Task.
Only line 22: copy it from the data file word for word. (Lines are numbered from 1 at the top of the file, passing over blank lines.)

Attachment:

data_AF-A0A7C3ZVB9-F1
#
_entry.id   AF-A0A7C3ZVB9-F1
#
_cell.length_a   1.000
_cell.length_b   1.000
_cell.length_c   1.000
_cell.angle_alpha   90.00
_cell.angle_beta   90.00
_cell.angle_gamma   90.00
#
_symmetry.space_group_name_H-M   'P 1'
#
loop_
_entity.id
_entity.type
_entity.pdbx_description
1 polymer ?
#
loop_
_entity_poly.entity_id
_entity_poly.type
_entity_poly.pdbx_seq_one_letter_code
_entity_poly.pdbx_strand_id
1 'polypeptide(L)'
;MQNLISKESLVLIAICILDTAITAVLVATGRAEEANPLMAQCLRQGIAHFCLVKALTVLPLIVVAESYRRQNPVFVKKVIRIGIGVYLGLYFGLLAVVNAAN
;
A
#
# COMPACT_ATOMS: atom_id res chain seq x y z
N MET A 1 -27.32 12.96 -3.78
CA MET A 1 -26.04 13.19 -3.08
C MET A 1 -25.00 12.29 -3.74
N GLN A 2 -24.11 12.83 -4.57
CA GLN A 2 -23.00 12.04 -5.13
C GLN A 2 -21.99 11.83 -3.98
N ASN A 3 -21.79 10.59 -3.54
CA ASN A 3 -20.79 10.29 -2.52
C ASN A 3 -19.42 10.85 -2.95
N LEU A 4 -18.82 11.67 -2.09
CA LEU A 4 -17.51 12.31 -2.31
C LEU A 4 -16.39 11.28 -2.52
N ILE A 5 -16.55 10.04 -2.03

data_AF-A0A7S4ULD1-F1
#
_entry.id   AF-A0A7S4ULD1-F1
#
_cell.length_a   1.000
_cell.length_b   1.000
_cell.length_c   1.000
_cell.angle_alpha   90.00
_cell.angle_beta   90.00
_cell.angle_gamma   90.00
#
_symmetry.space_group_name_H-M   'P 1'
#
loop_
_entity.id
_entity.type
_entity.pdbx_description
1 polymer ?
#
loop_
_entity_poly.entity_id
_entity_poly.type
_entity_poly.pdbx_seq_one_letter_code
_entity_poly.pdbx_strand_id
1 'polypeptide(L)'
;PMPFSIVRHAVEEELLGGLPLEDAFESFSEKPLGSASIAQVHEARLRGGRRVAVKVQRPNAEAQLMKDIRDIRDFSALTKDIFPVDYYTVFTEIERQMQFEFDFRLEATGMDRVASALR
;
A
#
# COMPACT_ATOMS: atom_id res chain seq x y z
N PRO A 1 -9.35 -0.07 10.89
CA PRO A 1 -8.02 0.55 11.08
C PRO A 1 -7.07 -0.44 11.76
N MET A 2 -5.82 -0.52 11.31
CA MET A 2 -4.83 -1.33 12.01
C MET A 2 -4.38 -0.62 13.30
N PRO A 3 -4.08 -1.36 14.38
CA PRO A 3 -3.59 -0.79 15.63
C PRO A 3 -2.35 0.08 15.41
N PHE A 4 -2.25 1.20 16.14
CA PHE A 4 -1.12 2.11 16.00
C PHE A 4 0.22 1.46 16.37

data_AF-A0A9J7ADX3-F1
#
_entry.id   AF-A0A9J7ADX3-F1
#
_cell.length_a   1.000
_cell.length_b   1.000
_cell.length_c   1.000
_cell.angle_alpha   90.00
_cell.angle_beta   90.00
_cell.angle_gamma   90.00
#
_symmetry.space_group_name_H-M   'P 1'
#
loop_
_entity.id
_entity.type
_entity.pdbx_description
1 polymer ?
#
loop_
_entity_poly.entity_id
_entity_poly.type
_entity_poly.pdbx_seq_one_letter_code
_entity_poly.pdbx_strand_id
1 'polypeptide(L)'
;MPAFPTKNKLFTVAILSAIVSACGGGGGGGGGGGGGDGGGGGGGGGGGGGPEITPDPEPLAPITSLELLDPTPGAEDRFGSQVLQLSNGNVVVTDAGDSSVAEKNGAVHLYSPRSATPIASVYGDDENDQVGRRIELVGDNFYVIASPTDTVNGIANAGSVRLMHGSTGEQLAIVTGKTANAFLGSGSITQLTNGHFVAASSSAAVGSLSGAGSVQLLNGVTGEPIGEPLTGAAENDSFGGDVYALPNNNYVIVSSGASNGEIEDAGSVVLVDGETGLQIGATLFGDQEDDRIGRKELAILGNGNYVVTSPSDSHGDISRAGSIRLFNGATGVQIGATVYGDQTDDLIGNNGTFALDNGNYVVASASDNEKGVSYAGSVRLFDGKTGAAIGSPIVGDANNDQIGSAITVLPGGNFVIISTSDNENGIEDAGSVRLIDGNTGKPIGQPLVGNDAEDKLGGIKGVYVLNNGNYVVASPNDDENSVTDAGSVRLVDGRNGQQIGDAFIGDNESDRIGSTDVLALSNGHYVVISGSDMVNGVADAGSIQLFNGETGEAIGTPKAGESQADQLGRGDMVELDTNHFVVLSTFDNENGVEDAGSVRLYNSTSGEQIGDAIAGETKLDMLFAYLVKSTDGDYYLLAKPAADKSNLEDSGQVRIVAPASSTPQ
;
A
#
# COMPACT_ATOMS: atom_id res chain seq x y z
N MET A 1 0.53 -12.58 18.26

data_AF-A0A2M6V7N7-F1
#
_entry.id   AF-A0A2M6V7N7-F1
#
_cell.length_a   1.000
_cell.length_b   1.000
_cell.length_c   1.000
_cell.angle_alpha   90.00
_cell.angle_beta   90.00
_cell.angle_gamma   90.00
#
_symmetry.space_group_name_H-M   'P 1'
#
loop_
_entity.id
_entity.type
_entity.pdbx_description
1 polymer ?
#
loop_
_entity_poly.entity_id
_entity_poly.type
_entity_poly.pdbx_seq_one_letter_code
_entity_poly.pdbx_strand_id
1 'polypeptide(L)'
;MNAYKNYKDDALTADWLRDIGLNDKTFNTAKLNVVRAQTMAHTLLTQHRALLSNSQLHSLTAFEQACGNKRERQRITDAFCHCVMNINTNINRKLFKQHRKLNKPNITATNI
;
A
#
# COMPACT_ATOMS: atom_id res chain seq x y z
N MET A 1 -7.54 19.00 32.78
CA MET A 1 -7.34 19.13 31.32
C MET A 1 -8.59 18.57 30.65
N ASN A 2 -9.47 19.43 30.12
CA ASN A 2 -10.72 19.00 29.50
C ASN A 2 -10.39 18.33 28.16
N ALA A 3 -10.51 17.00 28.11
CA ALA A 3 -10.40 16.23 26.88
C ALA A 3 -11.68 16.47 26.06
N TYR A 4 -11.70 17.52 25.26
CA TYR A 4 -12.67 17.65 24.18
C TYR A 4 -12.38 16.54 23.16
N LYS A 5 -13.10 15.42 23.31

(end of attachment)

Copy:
_entity_poly.type